The fallout from Volkswagen's diesel emissions scandal isn't over yet. Germany's minister of transportation will meet with US federal officials next week amid plummeting diesel resale values, expanding vehicle recalls and a missing investigation file.
Governments and the general public continue to scrutinize Volkswagen after the German automaker last month admitted to using software in its diesel vehicles that skirts emissions standards . The cheater software is installed in 11 million cars globally . Several governments have begun investigations into Volkswagen to determine who knew what and when.
German Transport Minister Alexander Dobrindt and US Secretary of Transportation Anthony Foxx will meet Monday to talk about the scandal , reported Reuters, citing unnamed "German transport ministry" sources. Dobrindt is also interested in discussing the matter with the EPA, said Reuters.
Volkswagen on Thursday issued a statement clarifying which European Union engines are equipped with the so-called "defeat device" software used to skirt emissions regulations. The automaker said both variants of the current four-cylinder diesel engine, EA288, do not contain the software in question and will not be subject to recall. VW will begin work to fix the affected European models in January, according to the release. There is no timeline set for US cars.
The automaker this week expanded recalls to South America. Volkswagen is recalling 17,057 Amarok pickup trucks because they contain "defeat device" software. VW could face a fine of $13 million (about £8.5M or AU$18M) if it's found to be in violation of Brazilian law.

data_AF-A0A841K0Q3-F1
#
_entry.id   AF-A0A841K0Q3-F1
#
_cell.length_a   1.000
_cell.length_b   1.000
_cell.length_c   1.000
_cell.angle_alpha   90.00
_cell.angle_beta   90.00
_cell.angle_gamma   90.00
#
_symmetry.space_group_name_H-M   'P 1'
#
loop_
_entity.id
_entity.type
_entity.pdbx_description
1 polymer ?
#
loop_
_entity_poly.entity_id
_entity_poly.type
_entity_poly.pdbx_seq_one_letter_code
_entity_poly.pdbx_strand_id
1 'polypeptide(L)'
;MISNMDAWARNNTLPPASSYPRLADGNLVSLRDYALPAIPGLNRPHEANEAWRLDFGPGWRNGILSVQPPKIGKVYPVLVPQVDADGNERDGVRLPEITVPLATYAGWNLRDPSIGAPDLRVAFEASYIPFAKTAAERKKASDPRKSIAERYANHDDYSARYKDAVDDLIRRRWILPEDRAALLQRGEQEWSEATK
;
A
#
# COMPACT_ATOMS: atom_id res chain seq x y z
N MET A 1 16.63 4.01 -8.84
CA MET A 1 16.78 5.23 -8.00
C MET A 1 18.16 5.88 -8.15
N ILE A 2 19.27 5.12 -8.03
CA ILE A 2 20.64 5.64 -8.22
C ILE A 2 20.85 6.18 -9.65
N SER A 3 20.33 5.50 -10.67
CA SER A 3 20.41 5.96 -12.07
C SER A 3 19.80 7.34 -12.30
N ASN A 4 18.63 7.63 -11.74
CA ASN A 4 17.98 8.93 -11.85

Meanwhile, VW diesels currently on the road are seeing their values plummet. The average auction price for a diesel Volkswagen has dropped 16 percent since "Dieselgate" began, according to a Kelley Blue Book study. KBB noted that the average selling price for a gas-powered VW is down almost three percent, as well.
Finally, in a story that could be adapted from a television drama, Reuters reported that German officials in Lower Saxony have lost a file pertaining to their VW investigation. Despite interviewing several employees, authorities have not been able to locate the document in question, which contains "printouts and duplicates of documents, most of which are available online, as well as in-house notes on legal questions." They said the missing information was not vital to the investigation.